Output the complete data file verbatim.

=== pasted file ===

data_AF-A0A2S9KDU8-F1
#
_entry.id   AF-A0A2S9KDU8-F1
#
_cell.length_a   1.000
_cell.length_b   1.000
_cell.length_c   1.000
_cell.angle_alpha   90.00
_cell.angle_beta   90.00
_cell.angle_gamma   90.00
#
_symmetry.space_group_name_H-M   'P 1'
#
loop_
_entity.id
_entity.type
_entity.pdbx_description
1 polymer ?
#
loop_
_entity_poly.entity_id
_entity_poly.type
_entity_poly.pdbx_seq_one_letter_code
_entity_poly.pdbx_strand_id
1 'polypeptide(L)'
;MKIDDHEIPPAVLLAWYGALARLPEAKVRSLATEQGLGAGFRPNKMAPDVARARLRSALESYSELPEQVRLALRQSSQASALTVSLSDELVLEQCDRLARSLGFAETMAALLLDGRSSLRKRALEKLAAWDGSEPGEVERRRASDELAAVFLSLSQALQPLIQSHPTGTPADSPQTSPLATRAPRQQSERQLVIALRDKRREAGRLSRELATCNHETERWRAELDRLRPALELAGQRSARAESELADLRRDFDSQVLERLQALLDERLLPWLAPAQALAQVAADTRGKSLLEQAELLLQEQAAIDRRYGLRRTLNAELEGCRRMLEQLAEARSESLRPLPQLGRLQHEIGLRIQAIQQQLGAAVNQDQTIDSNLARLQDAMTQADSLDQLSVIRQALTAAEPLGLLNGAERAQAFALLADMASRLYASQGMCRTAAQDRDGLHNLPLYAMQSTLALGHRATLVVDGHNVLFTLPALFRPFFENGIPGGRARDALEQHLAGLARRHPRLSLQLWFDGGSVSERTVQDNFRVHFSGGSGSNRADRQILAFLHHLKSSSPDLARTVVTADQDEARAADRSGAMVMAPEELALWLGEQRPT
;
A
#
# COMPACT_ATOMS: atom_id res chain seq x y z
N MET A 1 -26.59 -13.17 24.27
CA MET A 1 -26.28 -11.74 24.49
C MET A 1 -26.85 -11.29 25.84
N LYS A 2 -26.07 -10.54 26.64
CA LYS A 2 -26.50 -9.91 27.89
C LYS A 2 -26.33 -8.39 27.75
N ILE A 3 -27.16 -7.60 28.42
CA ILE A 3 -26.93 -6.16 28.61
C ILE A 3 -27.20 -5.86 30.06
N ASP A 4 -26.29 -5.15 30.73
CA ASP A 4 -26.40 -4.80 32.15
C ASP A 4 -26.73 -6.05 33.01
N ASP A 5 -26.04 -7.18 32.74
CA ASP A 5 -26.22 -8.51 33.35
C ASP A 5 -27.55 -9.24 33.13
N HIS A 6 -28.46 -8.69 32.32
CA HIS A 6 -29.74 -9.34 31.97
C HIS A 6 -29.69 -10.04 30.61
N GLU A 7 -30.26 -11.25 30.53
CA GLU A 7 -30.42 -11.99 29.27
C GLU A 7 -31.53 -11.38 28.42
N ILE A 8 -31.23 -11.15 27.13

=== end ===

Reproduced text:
data_AF-A0A2S9KDU8-F1
#
_entry.id   AF-A0A2S9KDU8-F1
#
_cell.length_a   1.000
_cell.length_b   1.000
_cell.length_c   1.000
_cell.angle_alpha   90.00
_cell.angle_beta   90.00
_cell.angle_gamma   90.00
#
_symmetry.space_group_name_H-M   'P 1'
#
loop_
_entity.id
_entity.type
_entity.pdbx_description
1 polymer ?
#
loop_
_entity_poly.entity_id
_entity_poly.type
_entity_poly.pdbx_seq_one_letter_code
_entity_poly.pdbx_strand_id
1 'polypeptide(L)'
;MKIDDHEIPPAVLLAWYGALARLPEAKVRSLATEQGLGAGFRPNKMAPDVARARLRSALESYSELPEQVRLALRQSSQASALTVSLSDELVLEQCDRLARSLGFAETMAALLLDGRSSLRKRALEKLAAWDGSEPGEVERRRASDELAAVFLSLSQALQPLIQSHPTGTPADSPQTSPLATRAPRQQSERQLVIALRDKRREAGRLSRELATCNHETERWRAELDRLRPALELAGQRSARAESELADLRRDFDSQVLERLQALLDERLLPWLAPAQALAQVAADTRGKSLLEQAELLLQEQAAIDRRYGLRRTLNAELEGCRRMLEQLAEARSESLRPLPQLGRLQHEIGLRIQAIQQQLGAAVNQDQTIDSNLARLQDAMTQADSLDQLSVIRQALTAAEPLGLLNGAERAQAFALLADMASRLYASQGMCRTAAQDRDGLHNLPLYAMQSTLALGHRATLVVDGHNVLFTLPALFRPFFENGIPGGRARDALEQHLAGLARRHPRLSLQLWFDGGSVSERTVQDNFRVHFSGGSGSNRADRQILAFLHHLKSSSPDLARTVVTADQDEARAADRSGAMVMAPEELALWLGEQRPT
;
A
#
# COMPACT_ATOMS: atom_id res chain seq x y z
N MET A 1 -26.59 -13.17 24.27
CA MET A 1 -26.28 -11.74 24.49
C MET A 1 -26.85 -11.29 25.84
N LYS A 2 -26.07 -10.54 26.64
CA LYS A 2 -26.50 -9.91 27.89
C LYS A 2 -26.33 -8.39 27.75
N ILE A 3 -27.16 -7.60 28.42
CA ILE A 3 -26.93 -6.16 28.61
C ILE A 3 -27.20 -5.86 30.06
N ASP A 4 -26.29 -5.15 30.73
CA ASP A 4 -26.40 -4.80 32.15
C ASP A 4 -26.73 -6.05 33.01
N ASP A 5 -26.04 -7.18 32.74
CA ASP A 5 -26.22 -8.51 33.35
C ASP A 5 -27.55 -9.24 33.13
N HIS A 6 -28.46 -8.69 32.32
CA HIS A 6 -29.74 -9.34 31.97
C HIS A 6 -29.69 -10.04 30.61
N GLU A 7 -30.26 -11.25 30.53
CA GLU A 7 -30.42 -11.99 29.27
C GLU A 7 -31.53 -11.38 28.42
N ILE A 8 -31.23 -11.15 27.13